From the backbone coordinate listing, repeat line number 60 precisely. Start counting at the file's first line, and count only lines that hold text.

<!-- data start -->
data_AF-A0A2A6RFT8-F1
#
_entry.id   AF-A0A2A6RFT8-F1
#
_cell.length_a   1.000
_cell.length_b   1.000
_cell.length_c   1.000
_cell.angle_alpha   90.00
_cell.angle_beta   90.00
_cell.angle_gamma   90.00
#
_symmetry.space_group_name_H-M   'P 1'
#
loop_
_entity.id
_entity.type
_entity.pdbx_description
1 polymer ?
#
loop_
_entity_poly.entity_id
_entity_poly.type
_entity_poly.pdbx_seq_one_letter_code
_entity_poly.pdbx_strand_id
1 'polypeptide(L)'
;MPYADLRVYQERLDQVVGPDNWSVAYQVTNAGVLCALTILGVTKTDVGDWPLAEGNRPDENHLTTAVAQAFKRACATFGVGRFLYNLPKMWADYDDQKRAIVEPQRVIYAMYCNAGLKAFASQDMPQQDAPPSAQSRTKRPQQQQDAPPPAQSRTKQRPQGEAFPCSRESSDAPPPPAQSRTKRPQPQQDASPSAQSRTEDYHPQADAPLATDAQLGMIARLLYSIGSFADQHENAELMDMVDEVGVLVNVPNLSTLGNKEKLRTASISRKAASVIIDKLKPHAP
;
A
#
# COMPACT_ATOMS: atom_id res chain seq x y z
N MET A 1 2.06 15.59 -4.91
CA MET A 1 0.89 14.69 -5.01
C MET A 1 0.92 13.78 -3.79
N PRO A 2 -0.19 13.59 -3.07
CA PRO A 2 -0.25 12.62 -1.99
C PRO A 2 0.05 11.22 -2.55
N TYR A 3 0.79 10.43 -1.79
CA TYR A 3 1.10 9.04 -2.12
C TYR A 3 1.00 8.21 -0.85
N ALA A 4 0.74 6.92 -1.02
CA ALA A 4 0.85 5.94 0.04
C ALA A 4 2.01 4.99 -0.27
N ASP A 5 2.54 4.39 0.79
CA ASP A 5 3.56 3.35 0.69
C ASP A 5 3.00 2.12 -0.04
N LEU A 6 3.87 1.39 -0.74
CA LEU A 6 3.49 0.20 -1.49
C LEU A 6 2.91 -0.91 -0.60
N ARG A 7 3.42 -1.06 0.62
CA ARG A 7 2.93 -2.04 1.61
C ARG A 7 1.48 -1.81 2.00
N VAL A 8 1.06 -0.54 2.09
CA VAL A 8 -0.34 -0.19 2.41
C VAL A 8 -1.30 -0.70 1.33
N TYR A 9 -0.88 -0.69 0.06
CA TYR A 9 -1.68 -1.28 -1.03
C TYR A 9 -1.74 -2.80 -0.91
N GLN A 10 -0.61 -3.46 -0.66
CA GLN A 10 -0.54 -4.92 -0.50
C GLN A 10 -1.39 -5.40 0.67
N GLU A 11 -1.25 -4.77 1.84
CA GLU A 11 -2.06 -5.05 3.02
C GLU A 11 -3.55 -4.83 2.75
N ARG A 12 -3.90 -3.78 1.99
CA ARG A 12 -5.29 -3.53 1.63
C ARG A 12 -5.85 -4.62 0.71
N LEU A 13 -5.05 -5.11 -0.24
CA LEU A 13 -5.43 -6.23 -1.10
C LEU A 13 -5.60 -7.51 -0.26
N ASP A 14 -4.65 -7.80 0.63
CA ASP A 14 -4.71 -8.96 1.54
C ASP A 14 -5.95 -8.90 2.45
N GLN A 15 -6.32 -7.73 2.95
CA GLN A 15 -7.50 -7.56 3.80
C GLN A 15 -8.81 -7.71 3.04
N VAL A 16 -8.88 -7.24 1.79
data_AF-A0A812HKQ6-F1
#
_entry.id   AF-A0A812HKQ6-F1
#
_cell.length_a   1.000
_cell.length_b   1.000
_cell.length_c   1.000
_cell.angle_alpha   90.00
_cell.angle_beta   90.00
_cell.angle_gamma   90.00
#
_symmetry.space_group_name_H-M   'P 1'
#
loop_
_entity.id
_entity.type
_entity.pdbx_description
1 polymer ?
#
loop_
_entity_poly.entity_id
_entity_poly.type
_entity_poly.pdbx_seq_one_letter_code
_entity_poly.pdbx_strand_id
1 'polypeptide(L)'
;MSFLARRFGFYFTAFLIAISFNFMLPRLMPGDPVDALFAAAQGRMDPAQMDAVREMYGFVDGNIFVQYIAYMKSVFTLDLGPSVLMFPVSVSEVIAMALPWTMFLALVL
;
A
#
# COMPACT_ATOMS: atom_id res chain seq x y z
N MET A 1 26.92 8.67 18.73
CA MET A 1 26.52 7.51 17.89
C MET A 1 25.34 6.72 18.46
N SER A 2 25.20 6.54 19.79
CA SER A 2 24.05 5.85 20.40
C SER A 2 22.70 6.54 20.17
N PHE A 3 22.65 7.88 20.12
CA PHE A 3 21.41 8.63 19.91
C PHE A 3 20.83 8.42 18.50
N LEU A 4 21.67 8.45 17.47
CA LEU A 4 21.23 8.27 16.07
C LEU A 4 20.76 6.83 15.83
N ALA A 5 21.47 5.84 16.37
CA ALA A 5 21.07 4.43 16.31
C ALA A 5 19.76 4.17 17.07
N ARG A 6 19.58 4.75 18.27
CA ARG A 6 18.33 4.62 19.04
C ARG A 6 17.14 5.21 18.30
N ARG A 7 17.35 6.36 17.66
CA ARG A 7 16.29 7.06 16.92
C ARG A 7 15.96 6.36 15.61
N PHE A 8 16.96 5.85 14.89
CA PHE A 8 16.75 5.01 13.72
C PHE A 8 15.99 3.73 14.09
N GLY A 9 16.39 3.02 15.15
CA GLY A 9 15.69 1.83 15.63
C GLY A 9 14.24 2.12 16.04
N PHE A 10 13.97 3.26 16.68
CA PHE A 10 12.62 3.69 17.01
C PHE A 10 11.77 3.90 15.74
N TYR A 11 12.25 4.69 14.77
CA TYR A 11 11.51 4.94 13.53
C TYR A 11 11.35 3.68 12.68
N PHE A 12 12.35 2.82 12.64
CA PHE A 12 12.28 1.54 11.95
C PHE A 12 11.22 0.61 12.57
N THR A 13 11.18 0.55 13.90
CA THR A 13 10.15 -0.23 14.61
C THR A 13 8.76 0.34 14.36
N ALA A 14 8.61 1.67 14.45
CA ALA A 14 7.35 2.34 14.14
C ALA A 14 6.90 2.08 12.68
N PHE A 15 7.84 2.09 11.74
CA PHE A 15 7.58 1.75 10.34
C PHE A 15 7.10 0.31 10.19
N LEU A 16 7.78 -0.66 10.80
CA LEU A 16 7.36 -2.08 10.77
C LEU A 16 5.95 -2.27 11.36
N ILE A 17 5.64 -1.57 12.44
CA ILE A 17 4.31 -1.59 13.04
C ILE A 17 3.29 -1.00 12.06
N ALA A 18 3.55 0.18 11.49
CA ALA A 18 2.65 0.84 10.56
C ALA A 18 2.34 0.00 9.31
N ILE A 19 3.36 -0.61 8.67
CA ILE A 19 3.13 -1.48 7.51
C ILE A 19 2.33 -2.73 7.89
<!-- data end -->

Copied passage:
C GLN A 10 -1.39 -5.40 0.67